Sunday, September 7, 2014

Lagoon Nebula and Trifid Nebula with Canon T5i on Orion Motorized EQ-1

Lagoon Nebula and Trifid Nebula with Canon T5i
Canon T5i on Orion EQ-1M, 240 subs, 46 darks, 81 bias, ISO 800, 6 sec, f/5.6, 300mm
In spite of the waxing gibbous moon (which happened to be International Observe the Moon Night) I got a good stack for the Lagoon Nebula and Trifid Nebula. I improved on my last attempt from last summer. Previously I was restricted to 1.3 sec exposures on a fixed tripod - obviously longer exposures on my motorized mount is paying off!

This stack is a total exposure time of about 24 minutes, which is by far the longest net light exposure I've ever done.  You can clearly see the nebulosity in both nebulae. I also spent about 2 hours processing this image, and learned a new and better way to stretch curves in Photoshop rather than in Deep Sky Stacker. DSS is nice to get a rough approximation, but curves in Photoshop come out a lot smoother.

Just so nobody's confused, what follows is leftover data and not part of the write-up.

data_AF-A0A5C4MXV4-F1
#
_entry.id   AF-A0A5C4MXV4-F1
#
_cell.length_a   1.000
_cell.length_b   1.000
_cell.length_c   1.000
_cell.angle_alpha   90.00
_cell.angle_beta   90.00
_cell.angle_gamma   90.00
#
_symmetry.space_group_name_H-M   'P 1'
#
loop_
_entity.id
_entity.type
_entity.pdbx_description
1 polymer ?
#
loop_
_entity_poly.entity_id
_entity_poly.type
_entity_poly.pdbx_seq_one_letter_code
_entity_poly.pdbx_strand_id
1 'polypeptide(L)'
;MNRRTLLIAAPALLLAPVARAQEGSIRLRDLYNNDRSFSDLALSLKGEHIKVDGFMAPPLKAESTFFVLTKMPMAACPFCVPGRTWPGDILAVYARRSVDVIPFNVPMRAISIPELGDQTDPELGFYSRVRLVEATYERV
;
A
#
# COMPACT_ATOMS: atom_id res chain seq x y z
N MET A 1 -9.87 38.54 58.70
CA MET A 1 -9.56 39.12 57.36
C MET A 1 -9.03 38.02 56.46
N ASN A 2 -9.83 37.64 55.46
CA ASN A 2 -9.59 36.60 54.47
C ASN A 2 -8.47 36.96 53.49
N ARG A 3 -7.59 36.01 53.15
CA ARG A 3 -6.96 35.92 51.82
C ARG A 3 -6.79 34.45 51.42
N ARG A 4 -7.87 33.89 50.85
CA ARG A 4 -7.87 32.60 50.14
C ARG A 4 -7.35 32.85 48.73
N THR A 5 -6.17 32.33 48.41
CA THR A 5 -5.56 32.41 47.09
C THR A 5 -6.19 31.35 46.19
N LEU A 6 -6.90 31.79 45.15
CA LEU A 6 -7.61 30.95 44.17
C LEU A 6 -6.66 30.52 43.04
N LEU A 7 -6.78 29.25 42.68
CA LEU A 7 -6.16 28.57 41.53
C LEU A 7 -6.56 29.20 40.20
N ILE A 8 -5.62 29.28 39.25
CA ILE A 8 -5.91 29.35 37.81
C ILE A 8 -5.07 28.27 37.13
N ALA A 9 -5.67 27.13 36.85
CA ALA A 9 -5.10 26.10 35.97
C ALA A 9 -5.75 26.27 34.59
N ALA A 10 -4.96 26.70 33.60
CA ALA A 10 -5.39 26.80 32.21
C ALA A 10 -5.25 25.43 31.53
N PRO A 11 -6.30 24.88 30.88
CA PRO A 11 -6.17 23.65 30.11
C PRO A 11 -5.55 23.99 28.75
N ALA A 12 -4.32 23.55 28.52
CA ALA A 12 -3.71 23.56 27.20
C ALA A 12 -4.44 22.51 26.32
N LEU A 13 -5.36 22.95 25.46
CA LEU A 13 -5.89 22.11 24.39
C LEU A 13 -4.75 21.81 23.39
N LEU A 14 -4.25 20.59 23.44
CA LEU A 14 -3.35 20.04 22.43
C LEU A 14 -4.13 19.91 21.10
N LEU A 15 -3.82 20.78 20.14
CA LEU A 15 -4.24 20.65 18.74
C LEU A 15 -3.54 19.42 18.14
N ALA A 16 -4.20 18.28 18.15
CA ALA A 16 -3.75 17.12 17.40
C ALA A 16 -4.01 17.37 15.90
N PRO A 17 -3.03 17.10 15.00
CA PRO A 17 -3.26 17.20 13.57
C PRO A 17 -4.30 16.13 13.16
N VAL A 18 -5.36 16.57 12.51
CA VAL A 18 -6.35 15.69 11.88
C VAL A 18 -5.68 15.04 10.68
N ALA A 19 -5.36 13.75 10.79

I also used my subtract Gaussian Blur technique for light pollution to remove the hot spot gradient in the middle of the image. It was a quick fix, but it did the job. I tried using a star mask without success, I guess I just don't understand how that works just yet - but the subtracted blur layer does a nice job removing gradient fuzz.

Canon T5i on Orion EQ-1M
Canon T5i on Orion EQ-1M
With a 300mm lens, my DSLR on the Orion EQ-1 was pretty easy to get a BASIC alignment. I was happy that Polaris was just barely visible over the roofline from my backyard without needing to set up on the grass. I used live-view manual focus, and then loosened the thumb screws to slew all the way around to the southern sky.

I could get 6 sec exposures without star trails, which is shorter than I got the other night on Andromeda, because the stars closer to the celestial equator appear to be moving faster than stars closer to the celestial pole.

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